Science Advisory Report  2014/040

Assessment of Atlantic herring in the southern Gulf of St. Lawrence (NAFO Div. 4T) to 2013

Summary

Spring Spawner Component

  • Reported landings of the spring spawner component in both the spring and the fall fisheries were 599 t in 2012 and 1,703 t in 2013. The spring spawner TAC was 2,000 t.
  • The opinions of fixed gear harvesters from the telephone survey were that abundance of spring herring in 2012 and 2013 was similar to 2011.
  • The mean gillnet catch rate in 2012 was the second lowest in the time series but the 2013 gillnet catch rate was higher than in 2012. The index has been declining since 1997 and remains at a low level in the series that starts in 1990.
  • The 2012 and 2013 acoustic indices were slightly higher than in 2011 but the indices remain low in the series that starts in 1994.
  • The stock is considered to be just above the limit reference point. Estimated abundance has increased in recent years from the low level estimated in 2006.
  • Estimated exploitation rates in 2012 and 2013 are the lowest of the time series at 3% and 12%, respectively.
  • The abundances of recent recruiting year-classes (at age 4) are below average.
  • A catch option of about 2,000 t in 2014 would result in about an 80% probability of at least a 5% increase in biomass.
  • Projections for the fisheries over the next two years show that the probability of an increase in biomass from January 2014 to January 2016 ranged from almost 100% with no catch to 93% with catches of 2,000 t each year.

Fall Spawner Component

  • Reported landings of the fall spawner component in both the spring and the fall fisheries were 32,576 t in 2012 and 34,368 t in 2013. The fall spawner TAC was 43,500 t.
  • The opinion of fixed gear harvesters from the telephone survey is that the abundance of fall herring has been decreasing since 2006.
  • The mean gillnet catch rate has generally decreased since 2006 but the 2013 mean gillnet catch rate was higher than the two previous years.
  • The acoustic index for ages 2 and 3 has been declining since 2006, except in 2012, and remains at a low level in the series that starts in 1994.
  • Two assessment models that varied in the assumptions about catchabilities in the fixed gear for ages 4 and 5 were evaluated. There are reliability issues with the two models for assessing stock status and providing catch advice, therefore the results from both models are presented.
  • The exploitation rate in 2013 was estimated to have been 31% under model 1 (no change in catchabilities of ages 4 and 5 since 2004) and 21% under model 2 (trend in catchabilities of ages 4 and 5 since 2004). The F0.1 reference level for fall spawners is 25%.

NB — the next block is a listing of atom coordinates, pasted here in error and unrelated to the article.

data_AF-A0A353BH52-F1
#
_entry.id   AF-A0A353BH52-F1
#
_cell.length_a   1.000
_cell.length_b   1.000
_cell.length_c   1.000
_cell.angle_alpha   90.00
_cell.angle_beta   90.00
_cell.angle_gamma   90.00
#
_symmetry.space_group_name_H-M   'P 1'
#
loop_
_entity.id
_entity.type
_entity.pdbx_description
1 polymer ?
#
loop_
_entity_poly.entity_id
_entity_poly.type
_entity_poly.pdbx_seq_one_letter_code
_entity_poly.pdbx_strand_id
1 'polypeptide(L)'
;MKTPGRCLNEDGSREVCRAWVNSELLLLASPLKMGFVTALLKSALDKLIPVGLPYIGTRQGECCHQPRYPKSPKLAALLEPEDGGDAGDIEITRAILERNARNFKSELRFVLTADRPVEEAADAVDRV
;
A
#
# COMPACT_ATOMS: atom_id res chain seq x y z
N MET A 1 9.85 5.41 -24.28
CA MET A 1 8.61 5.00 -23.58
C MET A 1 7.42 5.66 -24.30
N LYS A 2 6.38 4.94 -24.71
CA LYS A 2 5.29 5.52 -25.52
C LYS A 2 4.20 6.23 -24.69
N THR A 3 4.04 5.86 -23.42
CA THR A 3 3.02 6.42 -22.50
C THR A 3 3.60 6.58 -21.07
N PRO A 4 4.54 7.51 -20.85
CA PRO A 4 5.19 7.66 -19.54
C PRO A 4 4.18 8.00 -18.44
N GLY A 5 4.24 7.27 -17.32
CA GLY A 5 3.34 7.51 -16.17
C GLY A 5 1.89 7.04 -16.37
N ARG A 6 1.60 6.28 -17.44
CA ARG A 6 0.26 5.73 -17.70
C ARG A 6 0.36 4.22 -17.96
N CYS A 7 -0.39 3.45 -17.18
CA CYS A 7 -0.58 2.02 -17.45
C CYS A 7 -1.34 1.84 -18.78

• Estimated recruitment at age 4 shows generally similar patterns for both models: recruitment was below average in 2007 and 2012 and above average in 2008 and 2009. Recruitment was estimated to be above average in 2013 under model 2 but not for model 1.
  • The 2014 beginning-of-year spawning stock biomass with model 1 is estimated to be about 98,000 t and in the cautious zone for this stock. The 2014 beginning-of-year spawning stock biomass under model 2 is estimated to be 182,800 t and above the upper stock reference (BUSR) level of 172,000 t.
  • Risk analysis results of catch options differ between the models. For model 1, there is a 100% probability that the spawning stock biomass will be below BUSR(172,000 t) even with no fishing in 2014. A catch option of 22,100 t in 2014 corresponds to a 50% chance that the exploitation rate would be above the reference removal rate. For model 2, a catch option of 38,017 t in 2014 corresponds to a 50% chance that exploitation rate would be above the reference removal rate and a probability of 85% that spawning stock biomass would be below BUSR.
  • Advice cannot be provided for more than one year (2014) for the fall spawner component because of important and unresolved model uncertainties. A review of the assessment approach is recommended including data inputs and alternate model formulations that could incorporate changes in natural mortality, changes in catchability, and proportionality of indices.

This Science Advisory Report is from the Fisheries and Oceans Canada, Canadian Science Advisory Secretariat, regional peer review meeting of March 11-12, 2014 on the Assessment of stock status of Atlantic herring (Clupea harengus) from the southern Gulf of St. Lawrence (NAFO Div. 4T). Additional publications from this meeting will be posted on the Fisheries and Oceans Canada (DFO) Science Advisory Schedule as they become available.

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